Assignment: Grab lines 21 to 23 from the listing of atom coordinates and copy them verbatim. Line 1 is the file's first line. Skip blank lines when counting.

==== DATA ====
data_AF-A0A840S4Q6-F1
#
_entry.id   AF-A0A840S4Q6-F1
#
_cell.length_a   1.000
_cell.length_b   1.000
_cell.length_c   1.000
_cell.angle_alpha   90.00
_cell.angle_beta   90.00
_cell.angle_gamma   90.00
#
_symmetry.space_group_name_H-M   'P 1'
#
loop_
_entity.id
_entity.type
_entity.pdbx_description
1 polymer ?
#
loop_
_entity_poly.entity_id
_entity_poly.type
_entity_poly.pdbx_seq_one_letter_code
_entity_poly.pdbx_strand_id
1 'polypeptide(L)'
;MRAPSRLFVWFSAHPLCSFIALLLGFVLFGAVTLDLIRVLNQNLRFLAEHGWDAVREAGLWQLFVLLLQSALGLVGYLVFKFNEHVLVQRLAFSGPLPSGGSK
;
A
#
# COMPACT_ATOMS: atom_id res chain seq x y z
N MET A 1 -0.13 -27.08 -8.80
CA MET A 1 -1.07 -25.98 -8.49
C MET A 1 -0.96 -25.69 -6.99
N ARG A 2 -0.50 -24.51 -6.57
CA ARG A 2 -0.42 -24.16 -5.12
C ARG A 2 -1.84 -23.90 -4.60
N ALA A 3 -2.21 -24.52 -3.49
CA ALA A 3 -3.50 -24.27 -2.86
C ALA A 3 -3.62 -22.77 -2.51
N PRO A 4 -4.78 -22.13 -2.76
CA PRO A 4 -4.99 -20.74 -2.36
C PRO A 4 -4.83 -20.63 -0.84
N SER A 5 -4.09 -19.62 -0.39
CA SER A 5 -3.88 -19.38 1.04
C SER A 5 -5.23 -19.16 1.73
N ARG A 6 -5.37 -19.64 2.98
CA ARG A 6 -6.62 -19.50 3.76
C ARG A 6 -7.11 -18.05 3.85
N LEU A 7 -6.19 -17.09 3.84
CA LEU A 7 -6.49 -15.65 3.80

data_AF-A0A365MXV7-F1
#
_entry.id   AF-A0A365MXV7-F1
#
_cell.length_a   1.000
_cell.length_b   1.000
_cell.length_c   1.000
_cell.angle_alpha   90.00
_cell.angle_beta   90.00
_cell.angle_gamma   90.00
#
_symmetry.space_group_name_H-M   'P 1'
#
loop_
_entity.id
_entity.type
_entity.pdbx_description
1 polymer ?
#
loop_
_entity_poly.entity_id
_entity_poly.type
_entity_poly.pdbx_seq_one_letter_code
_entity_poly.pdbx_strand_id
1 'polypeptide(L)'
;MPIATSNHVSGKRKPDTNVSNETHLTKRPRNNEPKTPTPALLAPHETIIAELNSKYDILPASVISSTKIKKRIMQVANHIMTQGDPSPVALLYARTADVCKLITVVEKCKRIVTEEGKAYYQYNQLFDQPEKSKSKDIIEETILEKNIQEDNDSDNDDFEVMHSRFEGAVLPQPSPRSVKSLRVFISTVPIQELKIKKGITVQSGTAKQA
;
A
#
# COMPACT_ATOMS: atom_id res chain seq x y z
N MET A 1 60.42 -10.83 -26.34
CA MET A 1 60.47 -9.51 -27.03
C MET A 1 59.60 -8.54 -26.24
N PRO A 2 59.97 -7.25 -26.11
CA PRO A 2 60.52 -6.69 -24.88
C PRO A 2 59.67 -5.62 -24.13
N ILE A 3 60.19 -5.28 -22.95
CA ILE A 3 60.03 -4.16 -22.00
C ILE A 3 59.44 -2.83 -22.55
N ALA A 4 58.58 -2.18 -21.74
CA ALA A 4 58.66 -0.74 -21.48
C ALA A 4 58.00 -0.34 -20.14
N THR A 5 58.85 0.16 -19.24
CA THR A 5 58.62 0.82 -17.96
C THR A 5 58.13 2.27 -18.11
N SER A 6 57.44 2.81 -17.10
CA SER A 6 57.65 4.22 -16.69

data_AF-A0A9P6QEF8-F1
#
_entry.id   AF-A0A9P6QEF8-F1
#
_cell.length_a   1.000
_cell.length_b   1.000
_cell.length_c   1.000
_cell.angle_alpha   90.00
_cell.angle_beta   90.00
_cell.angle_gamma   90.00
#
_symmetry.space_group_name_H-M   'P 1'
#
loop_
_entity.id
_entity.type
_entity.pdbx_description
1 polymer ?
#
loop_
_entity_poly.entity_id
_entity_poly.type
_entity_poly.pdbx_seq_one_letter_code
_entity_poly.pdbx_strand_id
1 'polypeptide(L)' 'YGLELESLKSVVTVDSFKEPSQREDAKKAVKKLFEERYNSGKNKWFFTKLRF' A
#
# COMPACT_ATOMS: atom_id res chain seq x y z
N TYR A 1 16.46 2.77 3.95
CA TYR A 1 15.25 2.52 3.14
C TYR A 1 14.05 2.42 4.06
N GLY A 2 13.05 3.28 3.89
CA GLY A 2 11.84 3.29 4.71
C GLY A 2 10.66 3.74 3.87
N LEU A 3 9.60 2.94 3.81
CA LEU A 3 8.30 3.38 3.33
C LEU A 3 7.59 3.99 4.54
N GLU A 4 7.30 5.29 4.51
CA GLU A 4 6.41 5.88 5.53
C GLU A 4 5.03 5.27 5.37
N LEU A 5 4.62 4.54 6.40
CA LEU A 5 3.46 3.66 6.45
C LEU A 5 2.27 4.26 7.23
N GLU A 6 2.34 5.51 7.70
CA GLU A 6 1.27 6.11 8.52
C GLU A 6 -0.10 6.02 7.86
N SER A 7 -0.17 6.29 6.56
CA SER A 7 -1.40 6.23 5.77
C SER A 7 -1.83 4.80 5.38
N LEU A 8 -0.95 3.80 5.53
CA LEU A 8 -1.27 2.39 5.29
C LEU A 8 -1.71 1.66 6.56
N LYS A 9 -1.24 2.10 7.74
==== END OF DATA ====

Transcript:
_entity_poly.entity_id
_entity_poly.type
_entity_poly.pdbx_seq_one_letter_code